Main Street United Methodist Church strives to be a community of faith where we might find that rightly ordered and healthy love. However, like intention, unless love is engaged in action, it is nothing but good intention. To be church we must actively be together, love one another, and exercise our love, for only through the power of our faith alive in love can we become people of integrity. May God guide us all as we find ways to be together, to love and serve one another and our world, and through that become people of integrity.

Peace, Todd

Pastor’s Blog  Rev. Aislinn Kopp

Remember Who You Are.
Rev. Aislinn Kopp

Blessed be the God and Father of our Lord Jesus Christ, who has blessed us in Christ with every spiritual blessing in the heavenly places, 4just as he chose us in Christ before the foundation of the world to be holy and blameless before him in love. 5He destined us for adoption as his children through Jesus Christ, according to the good pleasure of his will, 6to the praise of his glorious grace that he freely bestowed on us in the Beloved. 7In him we have redemption through his blood, the forgiveness of our trespasses, according to the riches of his grace 8that he lavished on us. With all wisdom and insight 9he has made known to us the mystery of his will, according to his good pleasure that he set forth in Christ, 10as a plan for the fullness of time, to gather up all things in him, things in heaven and things on earth. 11In Christ we have also obtained an inheritance, having been destined according to the purpose of him who accomplishes all things according to his counsel and will, 12so that we, who were the first to set our hope on Christ, might live for the praise of his glory. 13In him you also, when you had heard the word of truth, the gospel of your salvation, and had believed in him, were marked with the seal of the promised Holy Spirit; 14this is the pledge of our inheritance towards redemption as God’s own people, to the praise of his glory. Ephesians 1:3-14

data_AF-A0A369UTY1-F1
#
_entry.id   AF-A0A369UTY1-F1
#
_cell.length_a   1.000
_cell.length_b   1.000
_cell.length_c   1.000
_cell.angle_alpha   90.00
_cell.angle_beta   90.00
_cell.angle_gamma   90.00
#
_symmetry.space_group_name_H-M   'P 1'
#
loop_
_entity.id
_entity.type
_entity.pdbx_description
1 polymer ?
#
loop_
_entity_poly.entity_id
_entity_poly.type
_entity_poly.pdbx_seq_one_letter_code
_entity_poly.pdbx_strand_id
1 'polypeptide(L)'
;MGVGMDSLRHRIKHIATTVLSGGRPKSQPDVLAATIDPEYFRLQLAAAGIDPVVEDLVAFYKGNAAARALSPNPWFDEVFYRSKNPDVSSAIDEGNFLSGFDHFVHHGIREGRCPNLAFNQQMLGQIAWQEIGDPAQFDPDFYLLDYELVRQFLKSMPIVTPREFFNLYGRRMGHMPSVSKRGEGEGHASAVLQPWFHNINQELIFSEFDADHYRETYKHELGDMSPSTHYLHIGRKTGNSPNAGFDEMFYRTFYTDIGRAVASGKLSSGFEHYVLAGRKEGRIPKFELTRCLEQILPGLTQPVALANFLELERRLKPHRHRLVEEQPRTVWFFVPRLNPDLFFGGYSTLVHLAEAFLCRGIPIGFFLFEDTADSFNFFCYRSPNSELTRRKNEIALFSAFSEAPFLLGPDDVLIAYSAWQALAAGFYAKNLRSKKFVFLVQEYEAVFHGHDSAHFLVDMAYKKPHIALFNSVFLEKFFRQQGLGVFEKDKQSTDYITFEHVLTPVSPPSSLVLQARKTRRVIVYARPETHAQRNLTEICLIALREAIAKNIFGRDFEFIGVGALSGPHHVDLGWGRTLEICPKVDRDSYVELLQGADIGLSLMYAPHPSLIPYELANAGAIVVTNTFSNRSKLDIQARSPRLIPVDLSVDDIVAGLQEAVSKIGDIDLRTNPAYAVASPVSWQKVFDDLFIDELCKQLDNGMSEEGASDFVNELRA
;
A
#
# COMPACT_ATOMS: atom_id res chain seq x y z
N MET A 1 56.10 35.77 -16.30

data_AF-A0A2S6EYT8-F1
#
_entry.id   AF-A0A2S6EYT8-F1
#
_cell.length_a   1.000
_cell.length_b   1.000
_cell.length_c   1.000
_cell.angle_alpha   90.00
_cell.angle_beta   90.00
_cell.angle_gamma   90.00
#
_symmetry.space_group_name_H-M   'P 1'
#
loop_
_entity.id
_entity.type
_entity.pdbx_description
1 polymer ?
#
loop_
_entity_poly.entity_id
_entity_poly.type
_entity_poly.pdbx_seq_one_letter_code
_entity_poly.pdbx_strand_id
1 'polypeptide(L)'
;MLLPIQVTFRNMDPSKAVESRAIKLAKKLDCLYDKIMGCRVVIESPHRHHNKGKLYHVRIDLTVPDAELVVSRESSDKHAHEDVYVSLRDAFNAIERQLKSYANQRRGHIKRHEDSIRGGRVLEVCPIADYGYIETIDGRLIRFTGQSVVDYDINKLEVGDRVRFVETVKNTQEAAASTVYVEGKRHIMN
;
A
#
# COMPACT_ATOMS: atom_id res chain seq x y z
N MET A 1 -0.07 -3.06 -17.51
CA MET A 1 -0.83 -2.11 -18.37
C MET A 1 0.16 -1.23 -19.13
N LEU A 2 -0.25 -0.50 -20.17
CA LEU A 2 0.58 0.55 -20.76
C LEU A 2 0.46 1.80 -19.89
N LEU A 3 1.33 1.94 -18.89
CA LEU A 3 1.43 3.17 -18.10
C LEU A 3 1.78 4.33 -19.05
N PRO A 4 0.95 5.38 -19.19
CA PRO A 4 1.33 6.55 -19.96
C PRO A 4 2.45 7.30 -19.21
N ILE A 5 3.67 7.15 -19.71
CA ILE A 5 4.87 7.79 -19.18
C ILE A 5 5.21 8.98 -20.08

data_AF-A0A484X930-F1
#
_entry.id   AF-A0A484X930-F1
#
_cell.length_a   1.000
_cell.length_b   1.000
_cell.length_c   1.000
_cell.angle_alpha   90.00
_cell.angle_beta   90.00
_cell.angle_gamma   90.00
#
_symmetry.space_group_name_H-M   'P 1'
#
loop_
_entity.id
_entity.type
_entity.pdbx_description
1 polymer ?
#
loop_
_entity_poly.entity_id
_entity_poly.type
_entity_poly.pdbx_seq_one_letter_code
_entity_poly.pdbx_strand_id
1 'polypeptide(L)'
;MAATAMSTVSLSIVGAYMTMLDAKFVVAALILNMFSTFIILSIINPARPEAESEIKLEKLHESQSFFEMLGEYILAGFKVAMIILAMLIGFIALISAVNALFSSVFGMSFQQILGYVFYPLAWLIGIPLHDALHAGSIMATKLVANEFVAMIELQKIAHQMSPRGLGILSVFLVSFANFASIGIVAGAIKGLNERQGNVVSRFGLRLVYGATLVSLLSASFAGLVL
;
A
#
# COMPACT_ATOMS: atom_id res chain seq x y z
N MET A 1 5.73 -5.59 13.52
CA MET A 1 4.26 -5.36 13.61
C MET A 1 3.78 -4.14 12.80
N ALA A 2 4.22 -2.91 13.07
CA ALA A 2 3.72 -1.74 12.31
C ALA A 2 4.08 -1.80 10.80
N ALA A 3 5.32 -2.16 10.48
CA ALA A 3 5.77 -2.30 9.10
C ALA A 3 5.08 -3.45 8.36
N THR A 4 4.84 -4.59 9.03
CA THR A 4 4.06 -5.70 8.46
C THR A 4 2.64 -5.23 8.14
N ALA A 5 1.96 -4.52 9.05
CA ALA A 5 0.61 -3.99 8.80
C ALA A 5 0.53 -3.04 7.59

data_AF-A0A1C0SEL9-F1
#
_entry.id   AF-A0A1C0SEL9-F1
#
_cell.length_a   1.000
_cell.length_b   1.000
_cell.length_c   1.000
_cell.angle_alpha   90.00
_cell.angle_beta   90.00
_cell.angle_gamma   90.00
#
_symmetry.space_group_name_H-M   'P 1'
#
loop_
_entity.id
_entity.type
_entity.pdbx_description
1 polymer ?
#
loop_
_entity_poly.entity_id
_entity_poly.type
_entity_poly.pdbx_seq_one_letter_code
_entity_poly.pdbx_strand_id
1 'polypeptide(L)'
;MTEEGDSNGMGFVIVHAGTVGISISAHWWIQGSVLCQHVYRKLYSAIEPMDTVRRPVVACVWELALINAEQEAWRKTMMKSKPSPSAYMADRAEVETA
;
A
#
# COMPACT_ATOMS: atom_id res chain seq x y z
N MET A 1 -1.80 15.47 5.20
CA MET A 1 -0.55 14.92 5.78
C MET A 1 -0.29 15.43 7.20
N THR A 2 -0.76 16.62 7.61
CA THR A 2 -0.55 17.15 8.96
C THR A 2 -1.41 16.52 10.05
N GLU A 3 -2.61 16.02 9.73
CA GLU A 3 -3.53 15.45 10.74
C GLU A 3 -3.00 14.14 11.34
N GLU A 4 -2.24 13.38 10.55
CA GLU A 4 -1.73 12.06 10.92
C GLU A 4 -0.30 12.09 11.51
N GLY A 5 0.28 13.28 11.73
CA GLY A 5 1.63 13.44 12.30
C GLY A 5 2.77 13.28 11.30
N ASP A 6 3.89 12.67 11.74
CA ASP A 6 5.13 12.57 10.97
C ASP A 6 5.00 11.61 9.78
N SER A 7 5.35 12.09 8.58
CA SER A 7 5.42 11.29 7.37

The epistle to the church in Ephesus is a primer to Christian life and theology. This letter was passed around among early churches, alongside the other epistles written by Paul, with the purpose of instructing Christians in what they believe and how they should live. Through being taught the good news of the person and work of Christ, new Christians would grow and mature in faith, eventually sharing their faith with others. Likewise, we learn and grow in our faith through reading the same epistles that the early church did and listening to other people of faith (just as iron sharpens iron). That said, I think it is significant that Ephesians begins with this blessing—a blessing that calls the church to remember who they are in Christ. They are called to remember that they are the adopted children of God.